If you are a retail business owner struggling in the current challenging retail environment, paying high rent could be inflaming the situation. Many struggling retail tenants are attempting to renegotiate their leases or even considering selling up.
Covid-19 – My Retail Business Is Struggling
If this is the position you find yourself in, it is worth considering your lease options. Difficult times require a clear decision-making process. This article outlines this process, including how to:
- You should assess your current situation;
- compare your risks;
- negotiate your lease; and
- decide your next move.
You Should Assess Your Current Situation
The first practical task is to objectively assess your situation. To do so, you should consider:
- Do you have a personal guarantee on the lease. This is important because your personal assets will be on the line if the personal guarantee is triggered, and this may change how you approach any negotiations with the landlord;
- Does the entity that signed the lease also operates other sites and has other assets. This is important because the greater the company’s assets, the higher the chance that the landlord may sue for any losses it suffers. If the company has no assets other than the business at hand, the threat to wind up is more credible;
- how long you have left on the lease and any other long term contracts (e.g. equipment leases). This is important because the landlord could potentially refuse to terminate the lease and keep sending you invoices for the rent for the remaining term. If you have a long term remaining, this problem is more complex;
- is an urgent situation requiring immediate action or an issue that you will be able to negotiate over several months. For example, you should consider whether your retail business is struggling but close to break-even or in crisis;
- how much your bank guarantee is (i.e. the security deposit your landlord may have required) and whether it will cover the amount of rent outstanding; and
- Is a franchise agreement, licence agreement or other long term third party agreement. If there is, you will need to consider how to cancel or renegotiate these arrangements.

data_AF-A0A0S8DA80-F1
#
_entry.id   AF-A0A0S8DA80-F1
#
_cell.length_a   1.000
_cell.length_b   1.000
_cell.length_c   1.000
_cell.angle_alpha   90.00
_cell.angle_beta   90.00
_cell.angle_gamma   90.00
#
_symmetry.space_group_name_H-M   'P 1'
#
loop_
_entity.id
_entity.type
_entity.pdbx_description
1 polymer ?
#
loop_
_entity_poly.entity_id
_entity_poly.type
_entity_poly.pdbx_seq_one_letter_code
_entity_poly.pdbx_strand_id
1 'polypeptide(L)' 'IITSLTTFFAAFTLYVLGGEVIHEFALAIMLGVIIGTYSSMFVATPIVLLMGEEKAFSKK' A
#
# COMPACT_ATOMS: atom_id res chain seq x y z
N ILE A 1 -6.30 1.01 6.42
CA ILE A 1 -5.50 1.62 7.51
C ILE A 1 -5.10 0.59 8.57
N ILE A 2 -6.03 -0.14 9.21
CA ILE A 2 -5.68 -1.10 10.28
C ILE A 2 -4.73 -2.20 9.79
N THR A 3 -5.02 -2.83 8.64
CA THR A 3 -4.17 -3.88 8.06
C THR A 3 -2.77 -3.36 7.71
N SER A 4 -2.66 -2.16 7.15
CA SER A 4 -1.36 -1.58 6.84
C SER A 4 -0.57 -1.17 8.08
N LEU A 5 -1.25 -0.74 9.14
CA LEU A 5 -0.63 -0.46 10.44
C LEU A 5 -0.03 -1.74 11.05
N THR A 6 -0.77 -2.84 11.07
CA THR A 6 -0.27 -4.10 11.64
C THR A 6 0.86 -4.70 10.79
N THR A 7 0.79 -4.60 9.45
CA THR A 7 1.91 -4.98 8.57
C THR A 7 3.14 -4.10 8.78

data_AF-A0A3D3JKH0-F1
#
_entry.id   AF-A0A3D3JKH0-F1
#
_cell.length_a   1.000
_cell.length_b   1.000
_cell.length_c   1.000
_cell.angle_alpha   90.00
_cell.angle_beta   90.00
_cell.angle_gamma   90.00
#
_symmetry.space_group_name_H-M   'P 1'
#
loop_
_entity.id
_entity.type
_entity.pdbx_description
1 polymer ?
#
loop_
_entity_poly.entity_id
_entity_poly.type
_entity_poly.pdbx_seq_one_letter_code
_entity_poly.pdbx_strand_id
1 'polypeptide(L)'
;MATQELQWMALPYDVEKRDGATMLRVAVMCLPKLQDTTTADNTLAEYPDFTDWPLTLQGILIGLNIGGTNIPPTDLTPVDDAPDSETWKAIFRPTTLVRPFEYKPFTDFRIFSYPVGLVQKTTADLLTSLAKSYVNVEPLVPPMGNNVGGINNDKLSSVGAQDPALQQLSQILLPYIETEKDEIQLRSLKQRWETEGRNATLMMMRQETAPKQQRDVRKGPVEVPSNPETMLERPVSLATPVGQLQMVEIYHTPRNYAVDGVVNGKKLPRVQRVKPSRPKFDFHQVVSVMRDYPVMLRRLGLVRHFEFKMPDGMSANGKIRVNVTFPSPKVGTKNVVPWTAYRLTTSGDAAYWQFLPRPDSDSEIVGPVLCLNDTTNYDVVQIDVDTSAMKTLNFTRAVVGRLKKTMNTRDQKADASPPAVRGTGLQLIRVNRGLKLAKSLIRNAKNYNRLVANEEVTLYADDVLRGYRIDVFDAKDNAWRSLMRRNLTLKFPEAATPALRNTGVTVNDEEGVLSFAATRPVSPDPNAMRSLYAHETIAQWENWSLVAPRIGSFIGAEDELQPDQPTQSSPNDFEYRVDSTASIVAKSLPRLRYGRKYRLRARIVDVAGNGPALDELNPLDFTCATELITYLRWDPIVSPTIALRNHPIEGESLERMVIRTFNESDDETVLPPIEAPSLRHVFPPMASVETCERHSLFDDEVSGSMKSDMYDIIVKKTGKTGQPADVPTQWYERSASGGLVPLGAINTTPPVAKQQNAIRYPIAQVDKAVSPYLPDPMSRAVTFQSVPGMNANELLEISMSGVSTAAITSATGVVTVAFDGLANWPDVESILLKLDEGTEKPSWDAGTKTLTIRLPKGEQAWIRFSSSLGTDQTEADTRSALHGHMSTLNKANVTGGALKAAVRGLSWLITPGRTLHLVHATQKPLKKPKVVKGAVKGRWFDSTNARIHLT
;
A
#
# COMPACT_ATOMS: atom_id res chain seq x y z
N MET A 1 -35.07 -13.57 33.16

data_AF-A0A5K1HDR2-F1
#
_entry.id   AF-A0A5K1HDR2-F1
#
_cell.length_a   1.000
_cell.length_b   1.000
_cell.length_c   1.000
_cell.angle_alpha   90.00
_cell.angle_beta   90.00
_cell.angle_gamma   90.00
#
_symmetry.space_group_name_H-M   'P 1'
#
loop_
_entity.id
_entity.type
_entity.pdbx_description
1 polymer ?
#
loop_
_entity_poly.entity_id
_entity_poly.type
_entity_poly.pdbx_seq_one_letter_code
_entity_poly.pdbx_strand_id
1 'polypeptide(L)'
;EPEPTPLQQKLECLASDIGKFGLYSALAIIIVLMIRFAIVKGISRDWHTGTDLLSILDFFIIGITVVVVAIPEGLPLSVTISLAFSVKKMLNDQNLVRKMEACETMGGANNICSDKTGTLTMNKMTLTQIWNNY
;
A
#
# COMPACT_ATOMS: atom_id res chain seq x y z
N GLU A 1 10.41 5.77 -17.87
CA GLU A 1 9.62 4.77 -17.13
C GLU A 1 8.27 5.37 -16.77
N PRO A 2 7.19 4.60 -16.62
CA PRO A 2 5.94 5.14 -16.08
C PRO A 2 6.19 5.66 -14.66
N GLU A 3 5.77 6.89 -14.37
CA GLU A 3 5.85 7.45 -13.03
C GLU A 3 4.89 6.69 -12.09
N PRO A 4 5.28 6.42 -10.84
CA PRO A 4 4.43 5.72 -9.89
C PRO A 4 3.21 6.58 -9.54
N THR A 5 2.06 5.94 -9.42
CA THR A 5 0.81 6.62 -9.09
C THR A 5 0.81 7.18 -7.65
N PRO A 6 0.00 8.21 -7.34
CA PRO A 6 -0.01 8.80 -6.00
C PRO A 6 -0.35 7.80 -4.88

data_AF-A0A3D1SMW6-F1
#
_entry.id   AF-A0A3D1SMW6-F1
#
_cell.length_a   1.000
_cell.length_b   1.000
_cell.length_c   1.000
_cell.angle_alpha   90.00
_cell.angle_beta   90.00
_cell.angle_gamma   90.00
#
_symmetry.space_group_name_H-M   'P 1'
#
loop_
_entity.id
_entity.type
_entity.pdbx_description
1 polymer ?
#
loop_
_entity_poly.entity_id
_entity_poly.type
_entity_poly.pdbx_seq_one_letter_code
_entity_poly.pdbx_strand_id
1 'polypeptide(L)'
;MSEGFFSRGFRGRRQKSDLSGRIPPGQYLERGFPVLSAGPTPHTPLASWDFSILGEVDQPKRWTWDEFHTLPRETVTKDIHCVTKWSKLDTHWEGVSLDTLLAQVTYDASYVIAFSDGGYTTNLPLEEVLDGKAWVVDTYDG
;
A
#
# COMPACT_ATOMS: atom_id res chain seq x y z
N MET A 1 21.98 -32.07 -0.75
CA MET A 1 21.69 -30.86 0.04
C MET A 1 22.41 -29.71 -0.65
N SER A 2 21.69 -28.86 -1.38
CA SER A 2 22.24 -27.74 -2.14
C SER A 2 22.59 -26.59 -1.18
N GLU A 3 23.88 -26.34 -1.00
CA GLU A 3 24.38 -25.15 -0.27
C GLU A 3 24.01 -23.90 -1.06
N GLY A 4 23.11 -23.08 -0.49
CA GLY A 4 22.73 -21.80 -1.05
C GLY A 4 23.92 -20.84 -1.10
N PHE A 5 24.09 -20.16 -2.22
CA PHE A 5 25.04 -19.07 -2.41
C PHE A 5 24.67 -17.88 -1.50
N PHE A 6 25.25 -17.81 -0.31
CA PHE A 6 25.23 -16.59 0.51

Next, you will need to consider the risks of leaving with your existing commitments. For example, it may make sense to continue trading if:
- you have a long term lease with at least 3 years remaining;
- you have a personal guarantee; and
- the company that signed the lease has other substantial assets, such as other profitable retail outlets.
This is because even if the business is struggling, continuing to trade or selling the business for a nominal price may be necessary to avoid the risks of a substantial claim from the landlord or finance company.
However, if the lease has a relatively short period remaining, there is no personal guarantee and the company has no other assets, you could potentially be more aggressive in your negotiations. In this situation, you may be able to terminate the lease and walk away with minimal personal risk. While you may face the loss of your bank guarantee and investments (e.g. the fit-out), you may be able to avoid other consequences, such as the landlord or finance company taking action against you personally.
Once you have assessed your legal position and potential liabilities, you should contact the landlord as soon as possible and alert them that you are struggling. There is no point in hiding the crisis and trying to pay rent if the business is unsustainable.
Before calling your landlord, consider any mitigating circumstances that may help your case for requesting reduced rent.
For example, the landlord may have failed to undertake building works (such as electricity or plumbing) that you ended up completing. Or perhaps the landlord stated that your location was a ‘premium site with a great history’, but you later learned that multiple businesses had failed in the same location.
Such issues could be justification for reduced rent, and now is the time to raise them. However, these kinds of claims require very careful legal analysis. Do not raise them without reasonable grounds.
Make a Decision
If the landlord treats the threat of you leaving seriously and negotiates some kind of rent reduction or suspension, make sure that your agreement is in writing. There should also be a deed of variation or other documentation to record the new arrangement. A verbal discussion can often lead to confusion between the parties.
For example, you might believe the deal involves a rent waiver, whilst the landlord might believe you have agreed to a temporary rent suspension, with the outstanding amount to be eventually paid back. A written document will avoid any such confusion.
If the landlord does not respond to the request for a rent reduction, you may need to make a difficult decision. Importantly, you should make this decision before you run out of funds. If you continue to pay rent in the absence of a response from the landlord, you may end up in deeper trouble with the tax office or other third parties.
It is better to leave with a fighting fund to combat any claim from the landlord than to continue sustaining significant losses and later make a crisis decision with little or no money left.
If your retail business is struggling, you should obtain legal advice regarding your options as soon as possible. This will allow you to take considered action at the earliest possible time. If you find yourself in this situation, you should:
- assess your current situation;
- compare your risks;
- negotiate; and
- decide your next move.
Many people keep their heads in the sand when a business becomes loss-making. However, this only results in a delay in addressing the problems and may deepen the losses you face. If you need help with your retail lease, contact Platinum Lawyers (NSW) Pty Ltd Leasing Lawyers on (02) 8084 2764